The Challenge: Providing basic goods at affordable prices for the entire community
In June 1999 a small group of people gathered at the Grand Isle Lake House* for two days to think about the challenge of downtown retailing in the next millennium, and to consider a strategy for developing downtown and community center stores which would be designed to provide basic goods and services at prices affordable to the entire community.
We gathered to test a concept and answer this question…is it possible to mix ingredients such as entrepreneurship, investors with charitable spirit, customer and community participation, and new systems of distribution to start and support a thriving locally-owned, small-scale, downtown department store? Furthermore, could a community utilize some or all of the same ingredients to support the development of general stores in small communities or even downtown grocery stores?
The group included great retailers, successful entrepreneurs and developers, community activists and organizers, and strategic thinkers. Several hours of formal and informal discussion affirmed the concept and added much in the way of details, strategies, and ideas. A summary of our thinking plus some “scenarios” that describe some ways in which this all might work follows.
Generous funding from Walter Cerf made this initiative possible, and we hope it will encourage communities around Vermont to explore how they might stimulate new retailing opportunities in their town centers and downtowns.
Preservation Trust of Vermont
August 3, 1999
*Built at the turn of the century as the Island Villa, the former hotel was later run as a summer camp for girls by the Sisters of Mercy. “Marycrest” was given to the Preservation Trust of Vermont in 1997 by Bob and Cindy Hoehl, and the Preservation Trust is continuing to raise funds for the rehabilitation of the property. Today the Grand Isle Lake House is used for weddings and family gatherings, and as a center for business and community learning and thinking. Good thinking often happens at great places.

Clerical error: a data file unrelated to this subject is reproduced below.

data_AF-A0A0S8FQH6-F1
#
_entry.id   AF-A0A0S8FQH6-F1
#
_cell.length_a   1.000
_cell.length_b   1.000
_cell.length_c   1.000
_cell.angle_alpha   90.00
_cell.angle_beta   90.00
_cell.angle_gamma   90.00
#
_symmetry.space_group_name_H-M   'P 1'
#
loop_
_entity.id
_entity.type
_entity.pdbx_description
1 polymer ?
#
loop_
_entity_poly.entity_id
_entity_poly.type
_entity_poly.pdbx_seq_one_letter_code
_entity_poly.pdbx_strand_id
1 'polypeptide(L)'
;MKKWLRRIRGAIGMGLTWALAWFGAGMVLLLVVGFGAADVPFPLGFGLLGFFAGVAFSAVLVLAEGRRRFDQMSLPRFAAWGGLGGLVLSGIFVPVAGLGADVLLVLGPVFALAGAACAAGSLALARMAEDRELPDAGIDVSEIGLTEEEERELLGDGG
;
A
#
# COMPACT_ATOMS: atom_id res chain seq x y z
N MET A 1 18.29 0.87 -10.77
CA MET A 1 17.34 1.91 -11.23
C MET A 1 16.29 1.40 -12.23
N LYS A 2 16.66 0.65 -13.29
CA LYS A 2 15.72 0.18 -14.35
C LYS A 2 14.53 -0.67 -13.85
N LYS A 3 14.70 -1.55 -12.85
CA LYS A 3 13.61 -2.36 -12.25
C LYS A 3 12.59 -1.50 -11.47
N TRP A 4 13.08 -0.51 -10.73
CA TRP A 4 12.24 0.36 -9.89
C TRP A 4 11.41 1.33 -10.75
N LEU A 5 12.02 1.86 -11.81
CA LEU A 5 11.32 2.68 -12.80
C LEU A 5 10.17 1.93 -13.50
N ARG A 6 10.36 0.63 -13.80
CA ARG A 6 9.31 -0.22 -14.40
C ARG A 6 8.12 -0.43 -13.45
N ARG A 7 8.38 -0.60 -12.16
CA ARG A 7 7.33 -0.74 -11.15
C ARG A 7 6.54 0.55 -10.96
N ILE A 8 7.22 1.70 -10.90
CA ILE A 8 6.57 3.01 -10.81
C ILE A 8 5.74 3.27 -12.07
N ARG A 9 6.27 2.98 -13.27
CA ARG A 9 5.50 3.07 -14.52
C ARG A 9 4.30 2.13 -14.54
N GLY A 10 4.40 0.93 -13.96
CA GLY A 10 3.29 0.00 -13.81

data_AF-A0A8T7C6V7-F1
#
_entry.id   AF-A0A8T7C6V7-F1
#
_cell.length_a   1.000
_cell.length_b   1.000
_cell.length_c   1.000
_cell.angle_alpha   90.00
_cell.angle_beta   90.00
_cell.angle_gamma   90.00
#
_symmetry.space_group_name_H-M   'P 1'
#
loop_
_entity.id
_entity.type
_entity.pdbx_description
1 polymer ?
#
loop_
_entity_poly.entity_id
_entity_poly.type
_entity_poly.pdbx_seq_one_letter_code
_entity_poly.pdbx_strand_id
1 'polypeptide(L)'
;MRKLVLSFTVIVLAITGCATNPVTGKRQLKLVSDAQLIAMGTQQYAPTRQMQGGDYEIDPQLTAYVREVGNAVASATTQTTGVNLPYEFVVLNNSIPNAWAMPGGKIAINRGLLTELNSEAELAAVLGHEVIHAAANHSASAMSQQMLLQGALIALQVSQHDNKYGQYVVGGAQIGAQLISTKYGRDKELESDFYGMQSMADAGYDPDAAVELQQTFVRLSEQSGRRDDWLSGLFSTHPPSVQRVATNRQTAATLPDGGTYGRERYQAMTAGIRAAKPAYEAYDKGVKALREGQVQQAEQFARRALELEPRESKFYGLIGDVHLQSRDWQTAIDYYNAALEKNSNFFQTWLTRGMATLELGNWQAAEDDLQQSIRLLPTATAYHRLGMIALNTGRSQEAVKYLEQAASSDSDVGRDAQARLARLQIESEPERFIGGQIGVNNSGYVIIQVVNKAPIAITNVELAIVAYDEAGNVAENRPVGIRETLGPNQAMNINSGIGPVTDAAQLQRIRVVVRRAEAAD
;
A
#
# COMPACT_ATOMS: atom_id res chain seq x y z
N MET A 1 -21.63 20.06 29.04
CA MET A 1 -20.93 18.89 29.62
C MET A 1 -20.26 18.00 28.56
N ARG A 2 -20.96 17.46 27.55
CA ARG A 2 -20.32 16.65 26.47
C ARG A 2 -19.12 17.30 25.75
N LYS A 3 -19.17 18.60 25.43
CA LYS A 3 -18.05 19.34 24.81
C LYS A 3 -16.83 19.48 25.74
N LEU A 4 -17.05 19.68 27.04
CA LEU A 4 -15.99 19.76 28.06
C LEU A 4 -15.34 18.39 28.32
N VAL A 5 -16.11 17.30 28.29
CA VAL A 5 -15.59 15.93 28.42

Today’s Context: Fragile centers and incremental loss
We believe that the best downtowns are ones that serve a wide range of purposes: community gathering places, successful businesses and employment opportunities, shopping that meets a range of needs, groceries and specialty foods, entertainment, restaurants, government services and offices, libraries and museums, a post office, banking services, performing and visual arts, religious opportunities, and housing. The more of these services and functions, the better.
If we lose these town centers, we also risk losing the sense of community most Vermonters cherish. If we’re going to maintain Vermont’s working landscape and countryside, we need vital and vibrant community centers where economic development and smart growth can happen. Community centers are part of the reason why Vermont is a great collection of special places…physical places and social places…special places for residents and visitors alike.
Since the 50’s when shopping centers began another wave of change in how retailing in America works, traditional downtowns in Vermont and across the nation have faced an incredibly difficult challenge. Retailers on our side of the Connecticut River must contend with the lack of a sales tax in New Hampshire, many downtowns have perceived or real parking problems, and there’s been a steady loss of the retail entrepreneurial tradition that was passed down through the generations. There has been an erosion of critical mass in downtowns, as development has moved out of town. The advent of big box retailers like Wal-Mart and Home Depot has only made the task of maintaining strong centers and revitalizing Main Streets even more daunting.